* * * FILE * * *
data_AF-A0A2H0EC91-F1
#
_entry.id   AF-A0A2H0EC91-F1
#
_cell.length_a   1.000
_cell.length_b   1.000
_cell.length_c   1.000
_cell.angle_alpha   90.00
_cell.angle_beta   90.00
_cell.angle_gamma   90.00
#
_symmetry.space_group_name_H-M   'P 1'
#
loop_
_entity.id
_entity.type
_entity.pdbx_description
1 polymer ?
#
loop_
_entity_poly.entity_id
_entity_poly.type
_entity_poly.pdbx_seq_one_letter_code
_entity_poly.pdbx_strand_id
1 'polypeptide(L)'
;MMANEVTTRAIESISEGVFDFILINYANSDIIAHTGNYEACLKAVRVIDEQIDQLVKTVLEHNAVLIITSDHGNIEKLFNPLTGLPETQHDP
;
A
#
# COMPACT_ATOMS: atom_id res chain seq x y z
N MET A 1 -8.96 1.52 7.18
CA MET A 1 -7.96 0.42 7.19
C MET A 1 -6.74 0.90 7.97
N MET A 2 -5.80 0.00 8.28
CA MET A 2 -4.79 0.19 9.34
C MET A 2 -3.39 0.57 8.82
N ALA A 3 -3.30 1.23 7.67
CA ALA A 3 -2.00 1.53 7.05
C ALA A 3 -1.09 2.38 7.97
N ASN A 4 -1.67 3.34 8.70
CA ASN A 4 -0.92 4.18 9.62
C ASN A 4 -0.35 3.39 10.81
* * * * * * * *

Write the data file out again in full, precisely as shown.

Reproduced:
data_AF-A0A2H0EC91-F1
#
_entry.id   AF-A0A2H0EC91-F1
#
_cell.length_a   1.000
_cell.length_b   1.000
_cell.length_c   1.000
_cell.angle_alpha   90.00
_cell.angle_beta   90.00
_cell.angle_gamma   90.00
#
_symmetry.space_group_name_H-M   'P 1'
#
loop_
_entity.id
_entity.type
_entity.pdbx_description
1 polymer ?
#
loop_
_entity_poly.entity_id
_entity_poly.type
_entity_poly.pdbx_seq_one_letter_code
_entity_poly.pdbx_strand_id
1 'polypeptide(L)'
;MMANEVTTRAIESISEGVFDFILINYANSDIIAHTGNYEACLKAVRVIDEQIDQLVKTVLEHNAVLIITSDHGNIEKLFNPLTGLPETQHDP
;
A
#
# COMPACT_ATOMS: atom_id res chain seq x y z
N MET A 1 -8.96 1.52 7.18
CA MET A 1 -7.96 0.42 7.19
C MET A 1 -6.74 0.90 7.97
N MET A 2 -5.80 0.00 8.28
CA MET A 2 -4.79 0.19 9.34
C MET A 2 -3.39 0.57 8.82
N ALA A 3 -3.30 1.23 7.67
CA ALA A 3 -2.00 1.53 7.05
C ALA A 3 -1.09 2.38 7.97
N ASN A 4 -1.67 3.34 8.70
CA ASN A 4 -0.92 4.18 9.62
C ASN A 4 -0.35 3.39 10.81